Five Budget announcements you need to know

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GEORGE Osborne’s last Budget before the General Election was a shamelessly political upbeat message.

The Chancellor ditched the gloom and insisted the Government has created a Britain that is “walking tall again”.

Chancellor of the Exchequer George Osborne and Prime Minister David Cameron listen as Labour leader Ed Miliband responds to the Chancellor's Budget statement

Chancellor of the Exchequer George Osborne and Prime Minister David Cameron listen as Labour leader Ed Miliband responds to the Chancellor's Budget statement

His most significant measures include:

1. Conservatives love home buyers. The Government will add £50 to every £200 put into savings funds for those trying to build up a deposit for their first home with a Help to Buy ISA.

The Chancellor said: “A 10% deposit on the average first home costs £15,000, so if you put in up to £12,000 – we’ll put in up to £3,000 more.”

It is available for homes worth up to £250,000, or £450,000 in London and the government money only gets handed over at the point the purchase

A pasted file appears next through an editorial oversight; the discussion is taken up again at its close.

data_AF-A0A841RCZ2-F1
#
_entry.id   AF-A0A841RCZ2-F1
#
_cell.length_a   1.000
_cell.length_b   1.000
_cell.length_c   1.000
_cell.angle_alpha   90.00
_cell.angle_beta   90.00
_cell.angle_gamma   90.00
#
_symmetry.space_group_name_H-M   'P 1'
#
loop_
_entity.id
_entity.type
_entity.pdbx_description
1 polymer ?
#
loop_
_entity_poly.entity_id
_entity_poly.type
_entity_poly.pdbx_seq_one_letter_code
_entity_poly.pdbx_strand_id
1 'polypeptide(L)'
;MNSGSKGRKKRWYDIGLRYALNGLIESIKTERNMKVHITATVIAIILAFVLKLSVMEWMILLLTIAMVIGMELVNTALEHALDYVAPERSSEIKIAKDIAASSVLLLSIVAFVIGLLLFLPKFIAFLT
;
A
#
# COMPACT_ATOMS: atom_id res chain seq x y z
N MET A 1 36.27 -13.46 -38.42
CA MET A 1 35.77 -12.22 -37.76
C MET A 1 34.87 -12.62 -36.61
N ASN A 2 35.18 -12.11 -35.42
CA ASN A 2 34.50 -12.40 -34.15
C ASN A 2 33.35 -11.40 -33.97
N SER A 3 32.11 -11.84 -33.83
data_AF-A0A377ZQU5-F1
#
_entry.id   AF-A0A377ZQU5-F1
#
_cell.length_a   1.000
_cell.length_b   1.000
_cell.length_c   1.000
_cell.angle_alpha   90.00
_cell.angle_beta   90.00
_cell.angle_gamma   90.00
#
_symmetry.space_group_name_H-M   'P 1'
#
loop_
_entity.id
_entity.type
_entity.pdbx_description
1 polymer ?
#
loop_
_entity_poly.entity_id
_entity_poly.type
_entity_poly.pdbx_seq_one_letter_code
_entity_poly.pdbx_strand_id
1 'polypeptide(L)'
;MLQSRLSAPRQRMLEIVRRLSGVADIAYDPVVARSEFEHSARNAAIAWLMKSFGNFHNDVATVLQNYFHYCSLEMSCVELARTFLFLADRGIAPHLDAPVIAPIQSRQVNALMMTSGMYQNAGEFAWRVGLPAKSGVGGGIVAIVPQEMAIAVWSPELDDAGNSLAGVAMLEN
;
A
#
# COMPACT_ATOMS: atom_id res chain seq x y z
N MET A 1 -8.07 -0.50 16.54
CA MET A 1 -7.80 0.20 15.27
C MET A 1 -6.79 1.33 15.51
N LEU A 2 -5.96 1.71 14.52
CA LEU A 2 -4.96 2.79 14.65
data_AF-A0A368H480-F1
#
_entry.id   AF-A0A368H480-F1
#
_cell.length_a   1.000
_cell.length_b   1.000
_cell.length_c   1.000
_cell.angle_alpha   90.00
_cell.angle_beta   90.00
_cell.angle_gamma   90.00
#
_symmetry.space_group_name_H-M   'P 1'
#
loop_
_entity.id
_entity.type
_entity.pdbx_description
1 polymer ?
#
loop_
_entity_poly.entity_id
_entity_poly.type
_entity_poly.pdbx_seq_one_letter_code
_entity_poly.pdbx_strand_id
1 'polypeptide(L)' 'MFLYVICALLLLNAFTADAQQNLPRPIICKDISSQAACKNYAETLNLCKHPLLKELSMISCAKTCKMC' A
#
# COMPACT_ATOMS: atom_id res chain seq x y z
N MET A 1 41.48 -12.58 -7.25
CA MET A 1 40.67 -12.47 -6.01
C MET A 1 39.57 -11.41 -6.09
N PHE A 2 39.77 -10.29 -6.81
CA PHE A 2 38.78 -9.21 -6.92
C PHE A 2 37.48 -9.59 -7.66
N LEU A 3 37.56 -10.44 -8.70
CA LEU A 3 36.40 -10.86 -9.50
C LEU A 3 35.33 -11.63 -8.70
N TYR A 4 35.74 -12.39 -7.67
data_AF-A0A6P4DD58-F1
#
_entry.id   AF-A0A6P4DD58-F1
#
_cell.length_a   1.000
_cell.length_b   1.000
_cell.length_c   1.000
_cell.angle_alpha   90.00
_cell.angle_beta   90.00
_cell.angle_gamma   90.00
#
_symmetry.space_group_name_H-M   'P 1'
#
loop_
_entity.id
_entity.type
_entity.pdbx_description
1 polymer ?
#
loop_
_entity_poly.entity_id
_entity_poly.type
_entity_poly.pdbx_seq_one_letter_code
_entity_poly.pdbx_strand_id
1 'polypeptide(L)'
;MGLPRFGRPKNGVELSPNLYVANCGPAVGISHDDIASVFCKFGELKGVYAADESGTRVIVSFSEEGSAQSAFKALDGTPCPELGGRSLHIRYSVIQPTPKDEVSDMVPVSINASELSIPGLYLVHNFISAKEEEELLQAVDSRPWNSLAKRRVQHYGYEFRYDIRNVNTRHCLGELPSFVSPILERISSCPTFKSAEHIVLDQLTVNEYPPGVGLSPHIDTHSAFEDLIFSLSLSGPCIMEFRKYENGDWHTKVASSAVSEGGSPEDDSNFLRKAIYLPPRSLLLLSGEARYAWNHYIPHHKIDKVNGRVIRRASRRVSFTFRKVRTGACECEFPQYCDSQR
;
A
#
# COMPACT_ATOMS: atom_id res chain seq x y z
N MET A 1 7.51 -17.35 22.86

2. The Northern Powerhouse will be a core election campaign for the Tories. West Yorkshire’s devolution deal was confirmed, but the less than inspiring Leeds package was nothing compared to a Manchester handout. The Chancellor announced Greater Manchester councils that opted for a metro mayor will get control over all the extra business rates they create.

3. We’ll have more money in our pockets. The amount you can earn tax-free is to rise from £10,600 in 2014-5 to £10,800 in 2015-6 and £11,000 in 2016-7, a tax cut for 27 million.

4. We’re not out of the woods. £30bn worth of further savings that are necessary by 2017-18, but borrowing will keep falling and as we approach the end of the next parliament we’ll be at surplus point. Hopefully.

5. The usual rises are now the usual cuts and freezes. Beer duty was cut by 1p, cider by 2p, whisky by 2p. Wine duty was frozen. Petrol duty was also frozen as the Chancellor scrapped September’s planned increase.

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